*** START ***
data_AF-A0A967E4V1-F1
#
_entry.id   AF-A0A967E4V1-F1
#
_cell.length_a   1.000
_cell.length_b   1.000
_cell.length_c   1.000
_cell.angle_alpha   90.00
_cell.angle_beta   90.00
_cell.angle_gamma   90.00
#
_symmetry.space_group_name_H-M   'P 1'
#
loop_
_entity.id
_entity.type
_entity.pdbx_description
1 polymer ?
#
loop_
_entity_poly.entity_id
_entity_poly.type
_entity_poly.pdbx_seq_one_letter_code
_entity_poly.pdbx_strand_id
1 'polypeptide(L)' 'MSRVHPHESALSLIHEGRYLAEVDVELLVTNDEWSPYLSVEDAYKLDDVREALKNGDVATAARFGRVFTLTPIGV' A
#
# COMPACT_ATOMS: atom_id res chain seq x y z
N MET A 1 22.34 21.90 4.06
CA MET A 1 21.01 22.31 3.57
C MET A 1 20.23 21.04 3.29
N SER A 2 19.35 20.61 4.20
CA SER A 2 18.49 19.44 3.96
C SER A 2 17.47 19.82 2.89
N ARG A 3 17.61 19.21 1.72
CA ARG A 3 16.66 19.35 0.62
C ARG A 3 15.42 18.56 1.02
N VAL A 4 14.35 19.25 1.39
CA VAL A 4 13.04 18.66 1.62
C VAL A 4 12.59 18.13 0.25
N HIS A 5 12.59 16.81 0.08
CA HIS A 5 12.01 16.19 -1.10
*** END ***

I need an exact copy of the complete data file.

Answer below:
data_AF-A0A967E4V1-F1
#
_entry.id   AF-A0A967E4V1-F1
#
_cell.length_a   1.000
_cell.length_b   1.000
_cell.length_c   1.000
_cell.angle_alpha   90.00
_cell.angle_beta   90.00
_cell.angle_gamma   90.00
#
_symmetry.space_group_name_H-M   'P 1'
#
loop_
_entity.id
_entity.type
_entity.pdbx_description
1 polymer ?
#
loop_
_entity_poly.entity_id
_entity_poly.type
_entity_poly.pdbx_seq_one_letter_code
_entity_poly.pdbx_strand_id
1 'polypeptide(L)' 'MSRVHPHESALSLIHEGRYLAEVDVELLVTNDEWSPYLSVEDAYKLDDVREALKNGDVATAARFGRVFTLTPIGV' A
#
# COMPACT_ATOMS: atom_id res chain seq x y z
N MET A 1 22.34 21.90 4.06
CA MET A 1 21.01 22.31 3.57
C MET A 1 20.23 21.04 3.29
N SER A 2 19.35 20.61 4.20
CA SER A 2 18.49 19.44 3.96
C SER A 2 17.47 19.82 2.89
N ARG A 3 17.61 19.21 1.72
CA ARG A 3 16.66 19.35 0.62
C ARG A 3 15.42 18.56 1.02
N VAL A 4 14.35 19.25 1.39
CA VAL A 4 13.04 18.66 1.62
C VAL A 4 12.59 18.13 0.25
N HIS A 5 12.59 16.81 0.08
CA HIS A 5 12.01 16.19 -1.10